There are few things more important in government than transparency and accountability. Our republic was founded on these ideals, and throughout our great nation’s existence, they have been upheld and enshrined.
Yet, there is a case working its way to the Georgia Supreme Court that, in our view, could undermine those accountability measures in our state.
On Thursday, several media organizations, including one of which The News is a member, filed a friend-of-the-court brief calling on the state Supreme Court to overturn a lower court’s ruling that would make it mandatory for state and local government to withhold some public records.
The Georgia Press Association, Georgia First Amendment Foundation and the Atlanta Journal-Constitution all signed the brief.
Essentially, the Georgia Court of Appeals in May 2017 ruled local and state governments are required by law to withhold documents from public release if the documents are exempt from the Georgia Open Records Act.
The act provides for 50 exemptions, and many of them are prudent and necessary.
Although the state may need a Superior Court judge’s home address for human resources purposes, it’s understandable why that record should be exempt from public disclosure.
Similarly, the state Department of Natural Resources may have records of historical and archeological sites that are in danger of theft or substantial risk of harm or destruction if their locations are publicly revealed.
Security and vulnerability assessments of public utilities, infrastructure and buildings are also exempt from the the Open Records Act.
We are fine with nearly all of the act’s exemptions. In fact, we agree with most of them.
Yet, there is one important caveat to these exemptions. If the state or local governments choose to release the documents, they can do so. If the Georgia Supreme Court upholds the Court of Appeals’ ruling, agencies lose that discretion and would be required to withhold anything exempted from disclosure under the law.
Reading the law as the Court of Appeals has would mean the University of Georgia could not wish its president a happy birthday, because his birthday is exempt from disclosure. It would mean College of Coastal Georgia could not thank its donors or express gratitude to its benefactors, which are also exempt from disclosure.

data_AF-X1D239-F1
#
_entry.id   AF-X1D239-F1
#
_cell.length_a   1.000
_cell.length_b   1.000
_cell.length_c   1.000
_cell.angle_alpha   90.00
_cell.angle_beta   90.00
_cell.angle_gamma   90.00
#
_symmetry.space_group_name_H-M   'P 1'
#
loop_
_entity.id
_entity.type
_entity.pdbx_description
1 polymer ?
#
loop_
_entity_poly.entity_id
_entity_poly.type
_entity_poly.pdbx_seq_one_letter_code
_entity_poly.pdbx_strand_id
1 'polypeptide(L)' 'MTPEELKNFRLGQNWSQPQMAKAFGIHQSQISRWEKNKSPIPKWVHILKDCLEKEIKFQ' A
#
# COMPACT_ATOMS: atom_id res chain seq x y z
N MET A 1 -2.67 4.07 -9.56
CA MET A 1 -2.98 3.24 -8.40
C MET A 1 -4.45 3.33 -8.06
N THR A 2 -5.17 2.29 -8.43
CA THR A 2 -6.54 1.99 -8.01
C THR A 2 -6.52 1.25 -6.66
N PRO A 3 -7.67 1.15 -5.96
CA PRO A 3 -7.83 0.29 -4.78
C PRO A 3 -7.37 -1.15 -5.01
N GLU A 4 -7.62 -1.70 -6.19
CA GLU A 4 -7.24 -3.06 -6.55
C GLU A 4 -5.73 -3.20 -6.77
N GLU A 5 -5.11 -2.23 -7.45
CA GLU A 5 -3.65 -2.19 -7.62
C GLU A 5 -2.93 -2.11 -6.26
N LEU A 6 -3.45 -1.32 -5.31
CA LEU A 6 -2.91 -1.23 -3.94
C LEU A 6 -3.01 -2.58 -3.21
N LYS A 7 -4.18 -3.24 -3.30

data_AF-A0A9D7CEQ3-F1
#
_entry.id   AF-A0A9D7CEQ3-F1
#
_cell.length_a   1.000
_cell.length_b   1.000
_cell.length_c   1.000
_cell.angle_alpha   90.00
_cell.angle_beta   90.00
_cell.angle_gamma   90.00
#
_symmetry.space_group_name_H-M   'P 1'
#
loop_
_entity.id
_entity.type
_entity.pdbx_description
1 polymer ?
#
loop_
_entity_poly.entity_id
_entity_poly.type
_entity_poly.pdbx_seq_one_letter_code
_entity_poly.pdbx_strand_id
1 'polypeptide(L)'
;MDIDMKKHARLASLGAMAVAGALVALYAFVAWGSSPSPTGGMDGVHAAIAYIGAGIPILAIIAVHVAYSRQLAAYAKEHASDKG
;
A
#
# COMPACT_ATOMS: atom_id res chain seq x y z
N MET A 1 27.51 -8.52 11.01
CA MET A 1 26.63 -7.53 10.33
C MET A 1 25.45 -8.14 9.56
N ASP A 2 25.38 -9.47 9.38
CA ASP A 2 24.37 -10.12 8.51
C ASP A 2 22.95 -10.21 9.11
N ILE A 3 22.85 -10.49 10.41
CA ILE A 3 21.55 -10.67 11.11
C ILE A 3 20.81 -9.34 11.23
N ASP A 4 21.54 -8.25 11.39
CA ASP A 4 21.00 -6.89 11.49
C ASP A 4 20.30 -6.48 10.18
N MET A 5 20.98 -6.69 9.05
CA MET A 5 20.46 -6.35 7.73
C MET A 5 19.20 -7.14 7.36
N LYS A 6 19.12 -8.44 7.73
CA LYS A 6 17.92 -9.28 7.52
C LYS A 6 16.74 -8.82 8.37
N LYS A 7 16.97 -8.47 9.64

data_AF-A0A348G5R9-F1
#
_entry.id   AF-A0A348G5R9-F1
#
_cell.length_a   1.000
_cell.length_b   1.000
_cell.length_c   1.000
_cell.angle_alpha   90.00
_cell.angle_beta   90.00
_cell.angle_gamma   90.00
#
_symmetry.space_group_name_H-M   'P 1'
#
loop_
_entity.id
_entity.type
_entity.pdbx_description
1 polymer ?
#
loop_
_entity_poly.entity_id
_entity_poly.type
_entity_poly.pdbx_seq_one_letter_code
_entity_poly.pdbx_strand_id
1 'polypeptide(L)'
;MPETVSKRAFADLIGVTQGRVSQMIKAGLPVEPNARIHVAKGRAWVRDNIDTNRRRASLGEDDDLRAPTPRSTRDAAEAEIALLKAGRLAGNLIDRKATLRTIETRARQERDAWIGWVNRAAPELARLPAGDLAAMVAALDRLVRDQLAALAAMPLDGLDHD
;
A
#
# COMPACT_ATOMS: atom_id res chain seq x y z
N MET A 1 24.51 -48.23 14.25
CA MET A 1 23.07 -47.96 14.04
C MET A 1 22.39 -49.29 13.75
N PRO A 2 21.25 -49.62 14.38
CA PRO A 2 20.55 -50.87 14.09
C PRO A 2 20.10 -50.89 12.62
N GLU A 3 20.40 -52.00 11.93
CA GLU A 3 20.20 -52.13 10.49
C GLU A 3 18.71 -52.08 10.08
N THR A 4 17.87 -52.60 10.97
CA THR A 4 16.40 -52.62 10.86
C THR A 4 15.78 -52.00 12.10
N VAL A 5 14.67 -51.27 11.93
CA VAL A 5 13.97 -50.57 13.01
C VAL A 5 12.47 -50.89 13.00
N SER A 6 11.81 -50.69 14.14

In effect, the ruling — if allowed to stand — would take discretion from local and state governments about which exempted materials can, or should, be released.
Consider this: In June 2017, Troup County Sheriff’s Deputy Michael Hockett was dispatched to a home outside LaGrange to check on a man after his family had called 911 and said they were concerned about him.
When Hockett arrived, the man, according to his father, had a psychotic episode and began firing a rifle at the deputy. One of the man’s bullets struck the deputy, who survived and made it back to his patrol car and radioed for backup.
The Georgia Bureau of Investigation took over the investigation. In an era when police shootings are under increased public scrutiny, the GBI took the step of releasing the dashcam video from Hockett’s squad car. The video clearly showed the man shot first, and that Hockett was justified in returning fire. Without that video, the public may have jumped to conclusions that Hockett was somehow trigger happy or zealous in his use of force. The video showed that was not the case.
Under the Court of Appeals’ ruling, the GBI would have been barred from releasing that video. Of course, the GBI is already exempt from releasing it if the bureau chooses not to (pending investigation records are exempt from disclosure). Yet, the bureau chose to release it in the public’s interest. The appeals court’s ruling denies the bureau even the option of releasing the video.
We hope the Georgia Supreme Court will overturn the Court of Appeals’ ruling, as it goes against the General Assembly’s intention with the Open Records Act and reduces government transparency.